Getting ready to flush trim the side panels, here you can see my router with the flush trim router bit installed.

A close look at the router bit.

A close look at the router bit.


JOINERY TIME

I decided to use Rabbet and Dado joints to assembly the case work so after consulting my plans on where to locate the dadoes I installed the dado stack that matched the shelves wood thickness and went about placing matching dadoes in each of the sides as that was the only workpieces in this project that were to receive the cut outs.

Also there was a very good reason for installing the solid wood edge banding before I tackled the joinery part of the project and that is simply because it is much easier to cut one solid panel with the dado stack instead of cutting individual pieces and hope the line up later.

The sides were to receive the following:

  • 2 dadoes

  • 2 rabbets

Here you can see my tablesaw accessories cart which contains all my saw blades and dado stack parts, if you would like to see more on that project  click here.

Here you can see my tablesaw accessories cart which contains all my saw blades and dado stack parts, if you would like to see more on that project click here.

Here are the two sides of the unit with rabbets placed on the back edges.

Here are the two sides of the unit with rabbets placed on the back edges.

Here is a close up of what a rabbet looks like on the side panels

Here is a close up of what a rabbet looks like on the side panels

Here are the 2 sides with the joinery completed. The center piece is the back of the unit.

Here are the 2 sides with the joinery completed. The center piece is the back of the unit.


SHAPING THE SIDES & SHELF FRONTS

I wanted to add some visual interest aspects to the case and I decided to achieve this by doing these two things:

  1. Adding a curved solid wood feature to each side. To achieve this I needed the a solid piece of maple and turning it into a curve design. To attach this piece to the side I again turned to my biscuit jointer and attached it using biscuits and glue. To cut the shape I roughly drew and outline pleasing to the eye, cut this design out on my band saw and then did little more shaping using my oscillating belt sander.

  2. As far as the shelf front go I decided to add two different router profiles to the front an back edges of the top of the piece. I will also be removing a section f the shelf front so as that I can just glue it in front of the shelf and that way the shelf front will be flush with the rest of the case sides.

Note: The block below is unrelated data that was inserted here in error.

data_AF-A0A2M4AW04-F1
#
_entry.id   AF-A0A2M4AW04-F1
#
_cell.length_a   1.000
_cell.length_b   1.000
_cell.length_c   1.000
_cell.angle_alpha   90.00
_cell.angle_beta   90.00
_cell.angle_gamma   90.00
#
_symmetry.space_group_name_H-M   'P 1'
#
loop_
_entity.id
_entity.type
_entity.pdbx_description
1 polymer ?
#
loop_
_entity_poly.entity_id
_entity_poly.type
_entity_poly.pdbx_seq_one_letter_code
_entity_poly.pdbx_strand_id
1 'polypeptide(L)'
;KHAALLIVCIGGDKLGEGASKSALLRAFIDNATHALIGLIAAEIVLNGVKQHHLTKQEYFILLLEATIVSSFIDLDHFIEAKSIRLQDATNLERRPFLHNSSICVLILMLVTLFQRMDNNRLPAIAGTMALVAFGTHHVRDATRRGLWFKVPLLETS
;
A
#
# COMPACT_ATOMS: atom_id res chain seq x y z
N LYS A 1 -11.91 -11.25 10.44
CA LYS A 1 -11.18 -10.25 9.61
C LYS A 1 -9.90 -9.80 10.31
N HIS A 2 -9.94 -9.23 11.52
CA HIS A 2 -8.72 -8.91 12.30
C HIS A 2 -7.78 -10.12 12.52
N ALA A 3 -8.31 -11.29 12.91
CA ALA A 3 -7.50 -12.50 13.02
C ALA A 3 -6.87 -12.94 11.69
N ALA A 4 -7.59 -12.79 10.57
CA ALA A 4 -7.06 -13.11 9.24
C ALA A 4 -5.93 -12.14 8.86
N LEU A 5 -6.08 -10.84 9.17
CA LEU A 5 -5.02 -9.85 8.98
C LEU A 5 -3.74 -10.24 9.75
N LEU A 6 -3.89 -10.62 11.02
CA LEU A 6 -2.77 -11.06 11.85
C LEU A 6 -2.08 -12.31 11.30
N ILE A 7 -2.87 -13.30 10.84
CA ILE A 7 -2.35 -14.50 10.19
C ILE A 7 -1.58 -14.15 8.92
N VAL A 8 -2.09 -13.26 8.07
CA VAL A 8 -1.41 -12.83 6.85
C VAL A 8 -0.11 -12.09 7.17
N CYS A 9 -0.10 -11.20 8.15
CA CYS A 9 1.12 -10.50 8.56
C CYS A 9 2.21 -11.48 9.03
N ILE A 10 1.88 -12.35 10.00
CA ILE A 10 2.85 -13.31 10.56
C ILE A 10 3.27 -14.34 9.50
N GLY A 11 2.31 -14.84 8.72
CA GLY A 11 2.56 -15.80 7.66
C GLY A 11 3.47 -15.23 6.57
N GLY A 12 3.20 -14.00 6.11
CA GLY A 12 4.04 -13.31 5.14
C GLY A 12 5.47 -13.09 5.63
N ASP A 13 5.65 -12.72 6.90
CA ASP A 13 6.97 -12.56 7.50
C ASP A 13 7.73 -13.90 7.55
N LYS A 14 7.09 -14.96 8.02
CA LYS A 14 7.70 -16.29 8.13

Here are the two curved side pieces that I will be gluing to the case sides.

Here are the two curved side pieces that I will be gluing to the case sides.

Here you can see the biscuits have been inserted into the curved section and is now ready to be glued in place.

Here you can see the biscuits have been inserted into the curved section and is now ready to be glued in place.

Here is the panel after gluing the profiled edge to the top, I still need to clean this up a little.

Here is the panel after gluing the profiled edge to the top, I still need to clean this up a little.

SHELF FRONT’S

The shelf fronts are made from solid cherry and I will be fixing them to the front of the shelves to cover the MDF edges that are visible. There is quite a bit of work to do on this part such as:

  • Apply a chamfer router profile to the top front edge of the shelf front

  • Apply a round-over router profile to the top back edge of the shelf font

  • Cut a notch on both the upper right / left so as to be able to flush mount he shelf fronts to the case sides.

Here is the shelf front blank before doing any shaping to it.

Here is the shelf front blank before doing any shaping to it.

Here you can see the chamfer on the front edge and the round over on the back edge.

Here you can see the chamfer on the front edge and the round over on the back edge.

After installing a 1/4” wide dado stack in the table saw I removed the notch, you can also see the routered profiles easier in this image.

After installing a 1/4” wide dado stack in the table saw I removed the notch, you can also see the routered profiles easier in this image.

Here is front view of the shelf front and the notch cut out, the bottom half of the notch will fit into the dado in the case side thus hiding the MDF edge.

Here is front view of the shelf front and the notch cut out, the bottom half of the notch will fit into the dado in the case side thus hiding the MDF edge.


DESIGN CHANGE

I altered my original design where I would just show the veneered covered MDF but when I saw the colors go together I decided that it didn’t look great, it just looked way too busy with too many contrasting colors that clashed against each other.

So I decided to paint the case sides now before the assembly stage happened as I thought it would be easier and so I didn’t accidentally paint a section that didn’t need it after it was all assembled.

I also changed the wood I chose for the shelf fronts I used some red oak since that is what I used for the feet.